Tom Terrell (journalist)

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Thomas Gerald Terrell (July 16, 1950 – November 29, 2007) was a music journalist, photographer, deejay, promoter, and NPR music reviewer. Born Thomas Gerald Terrell, and later known as Scooter, King Pleasure, and Tom T., he was a lifelong musicologist who recognized talent and trends long before they became popular, and, until his death from prostate cancer, worked to promote new acts in jazz, funk, rock, hip-hop, and world music.

Early years[edit]

Born in Summit, New Jersey, Terrell was the only son of Zoma and Thomas C. Terrell.[1] He and his three sisters grew up in Vauxhall, New Jersey, and he was educated in the Union Public School District. From an early age he exhibited a facility for music, art, reading and writing, traits that would define his life. A radio station kid, Tom was mentored in his teens at WNJR by the late Sonny Taylor (an early black radio pioneer), and again later at WMMJ, Washington, D.C.

After graduating from Union High School, Terrell attended college at Howard University in Washington, D.C., in the late 1960s and early 1970s, where he was photographer for the campus newspaper, The Hilltop, and the "Bison" annual, serving as a photo-editor for the 1973 volume. He graduated from Howard in 1972.

Professional life[edit]

He made his mark as a radio personality and concert promoter, impacting the music scene as a programmer for WHFS and WPFW, and was an early force behind d.c. space, its non-profit offshoot, District Curators Inc., and the Nightclub 9:30. Blessed with a honey baritone "radio voice" and encyclopedic music knowledge, his pioneering radio shows included "Stolen Moments" on WPFW, and "Sunday Reggae Splashdown" and "Café C'est What" on WHFS. His perceptive music journalism was carried in the Unicorn Times, the Washington City Paper, JazzTimes, Vibe, Essence, Emerge, Savoy, JAZZIZ, Trace, Village Voice, MTV Magazine, Down Beat Magazine, and Global Rhythms, to name a few. From 2005 until his death, Terrell reviewed music for "All Things Considered" on National Public Radio. During much of the late 70s, Tom was frequently employed as a roadie for several touring national music acts (including David Bowie). Tom also spent many years doing promotion work for several record companies.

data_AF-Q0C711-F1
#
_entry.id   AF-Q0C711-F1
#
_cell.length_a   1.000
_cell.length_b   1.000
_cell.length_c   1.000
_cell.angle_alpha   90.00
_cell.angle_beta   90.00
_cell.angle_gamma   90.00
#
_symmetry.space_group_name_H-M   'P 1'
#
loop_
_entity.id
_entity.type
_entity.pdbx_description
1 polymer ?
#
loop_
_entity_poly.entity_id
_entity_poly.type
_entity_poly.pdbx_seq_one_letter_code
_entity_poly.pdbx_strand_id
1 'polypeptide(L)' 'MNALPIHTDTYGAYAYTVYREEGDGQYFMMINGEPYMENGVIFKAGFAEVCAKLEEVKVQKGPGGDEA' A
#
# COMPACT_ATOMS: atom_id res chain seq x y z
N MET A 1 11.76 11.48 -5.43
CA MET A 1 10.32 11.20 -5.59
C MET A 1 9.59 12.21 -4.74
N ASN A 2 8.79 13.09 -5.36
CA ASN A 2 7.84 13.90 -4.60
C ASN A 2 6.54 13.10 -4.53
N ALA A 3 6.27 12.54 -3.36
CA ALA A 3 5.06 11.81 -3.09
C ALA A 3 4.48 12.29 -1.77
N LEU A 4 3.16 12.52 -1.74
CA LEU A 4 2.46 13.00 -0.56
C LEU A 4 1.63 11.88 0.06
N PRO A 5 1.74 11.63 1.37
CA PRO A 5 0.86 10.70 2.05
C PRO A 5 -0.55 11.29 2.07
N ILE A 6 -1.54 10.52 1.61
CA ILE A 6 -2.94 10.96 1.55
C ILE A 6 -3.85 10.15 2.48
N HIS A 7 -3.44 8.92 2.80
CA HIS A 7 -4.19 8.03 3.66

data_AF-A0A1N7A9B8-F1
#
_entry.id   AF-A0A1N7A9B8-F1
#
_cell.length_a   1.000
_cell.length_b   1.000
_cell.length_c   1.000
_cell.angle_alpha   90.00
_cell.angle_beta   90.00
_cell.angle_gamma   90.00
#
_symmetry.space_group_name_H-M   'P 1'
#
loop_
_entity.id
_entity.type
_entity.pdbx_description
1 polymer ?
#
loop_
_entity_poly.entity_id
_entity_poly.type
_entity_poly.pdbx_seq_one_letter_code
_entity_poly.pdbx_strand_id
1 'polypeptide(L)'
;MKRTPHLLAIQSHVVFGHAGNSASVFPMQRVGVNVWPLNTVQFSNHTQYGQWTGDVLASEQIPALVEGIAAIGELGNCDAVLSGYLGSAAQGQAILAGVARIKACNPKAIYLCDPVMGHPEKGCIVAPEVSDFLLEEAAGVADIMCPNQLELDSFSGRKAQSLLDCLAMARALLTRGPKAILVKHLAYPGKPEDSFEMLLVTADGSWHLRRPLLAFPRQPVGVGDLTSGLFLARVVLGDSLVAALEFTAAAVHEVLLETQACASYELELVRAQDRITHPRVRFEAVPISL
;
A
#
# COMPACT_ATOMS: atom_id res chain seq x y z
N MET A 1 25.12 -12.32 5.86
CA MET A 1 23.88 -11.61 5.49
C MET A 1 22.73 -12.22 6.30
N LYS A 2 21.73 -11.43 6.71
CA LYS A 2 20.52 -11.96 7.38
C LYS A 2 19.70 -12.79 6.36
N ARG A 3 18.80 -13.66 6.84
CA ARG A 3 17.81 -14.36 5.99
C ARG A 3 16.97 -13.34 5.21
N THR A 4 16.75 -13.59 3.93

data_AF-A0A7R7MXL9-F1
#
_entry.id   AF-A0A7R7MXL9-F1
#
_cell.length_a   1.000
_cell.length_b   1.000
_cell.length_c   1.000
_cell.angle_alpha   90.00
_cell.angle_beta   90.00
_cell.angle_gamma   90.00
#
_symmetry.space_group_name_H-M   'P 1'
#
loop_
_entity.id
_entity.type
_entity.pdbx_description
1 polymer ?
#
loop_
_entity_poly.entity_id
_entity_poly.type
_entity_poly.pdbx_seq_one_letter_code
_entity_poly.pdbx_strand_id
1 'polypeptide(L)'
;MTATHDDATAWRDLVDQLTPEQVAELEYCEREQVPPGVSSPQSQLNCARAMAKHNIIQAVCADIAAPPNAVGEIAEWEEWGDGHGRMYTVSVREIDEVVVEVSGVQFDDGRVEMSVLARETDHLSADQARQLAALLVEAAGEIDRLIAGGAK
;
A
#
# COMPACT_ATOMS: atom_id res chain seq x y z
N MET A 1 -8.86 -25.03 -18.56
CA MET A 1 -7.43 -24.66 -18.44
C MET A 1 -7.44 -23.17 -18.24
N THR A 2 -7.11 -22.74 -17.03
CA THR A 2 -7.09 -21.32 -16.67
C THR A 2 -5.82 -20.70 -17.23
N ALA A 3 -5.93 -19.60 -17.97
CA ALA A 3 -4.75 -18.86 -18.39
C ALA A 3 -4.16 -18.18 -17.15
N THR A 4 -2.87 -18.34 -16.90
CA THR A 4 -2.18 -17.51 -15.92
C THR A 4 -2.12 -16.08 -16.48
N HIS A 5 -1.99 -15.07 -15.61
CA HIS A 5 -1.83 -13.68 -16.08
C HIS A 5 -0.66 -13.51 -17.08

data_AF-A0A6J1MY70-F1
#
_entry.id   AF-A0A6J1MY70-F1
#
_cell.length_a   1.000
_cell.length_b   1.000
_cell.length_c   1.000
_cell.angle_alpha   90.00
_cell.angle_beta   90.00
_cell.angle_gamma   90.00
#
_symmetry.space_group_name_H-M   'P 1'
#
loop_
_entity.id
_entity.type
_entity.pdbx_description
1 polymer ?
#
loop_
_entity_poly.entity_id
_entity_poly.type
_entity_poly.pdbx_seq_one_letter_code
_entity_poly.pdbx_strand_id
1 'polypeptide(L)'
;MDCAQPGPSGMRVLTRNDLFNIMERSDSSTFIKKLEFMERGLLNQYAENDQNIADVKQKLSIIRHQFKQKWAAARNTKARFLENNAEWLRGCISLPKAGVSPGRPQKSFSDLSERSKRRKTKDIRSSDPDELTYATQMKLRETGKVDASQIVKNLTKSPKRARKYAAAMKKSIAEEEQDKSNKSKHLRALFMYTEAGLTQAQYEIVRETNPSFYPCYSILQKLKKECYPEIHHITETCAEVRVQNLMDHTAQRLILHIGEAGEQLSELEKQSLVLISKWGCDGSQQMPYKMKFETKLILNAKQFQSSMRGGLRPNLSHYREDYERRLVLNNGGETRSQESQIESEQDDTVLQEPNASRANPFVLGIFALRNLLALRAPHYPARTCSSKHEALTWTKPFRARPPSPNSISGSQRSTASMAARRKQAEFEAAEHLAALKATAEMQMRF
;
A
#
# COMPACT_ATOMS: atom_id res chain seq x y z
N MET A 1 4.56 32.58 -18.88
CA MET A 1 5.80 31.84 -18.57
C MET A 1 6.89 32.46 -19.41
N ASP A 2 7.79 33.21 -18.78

Terrell was instrumental in masterminding the U.S. premiere of reggae band Steel Pulse on the night of Bob Marley's funeral, which was broadcast live around the world from the 9:30 Club, 930 F Street, N.W., Washington, D.C. on May 21, 1981, and he later served as their manager.

Terrell wrote the liner notes for the six-c.d. Miles Davis On The Corner box set released in October 2007, which received rave reviews.


A resident of Washington, D.C., Terrell died at the age of 57 on November 29, 2007, due to prostate cancer at the Community Hospice of Washington.[1]


  1. ^ a b Schudel, Matt. "Tom Terrell, 57; Journalist Was Music Industry Fixture, Scholar", The Washington Post, December 6, 2007. Accessed February 19, 2011. "Thomas Gerald Terrell was born July 16, 1950, in Summit, N.J., and developed an early interest in music because of his father, an amateur singer, and other close family musicians."


  • Washington City Paper, Washington, D.C., December 7, 2007 - published display advert celebrating "Tom T".
  • Biographical information, Memorial Service program, Andrew Rankin Memorial Chapel, Howard University, 6th and Howard Place, N.W., Washington, D.C., December 8, 2007; Stewart Funeral Home, 4001 Benning Road, N.E., Washington, D.C.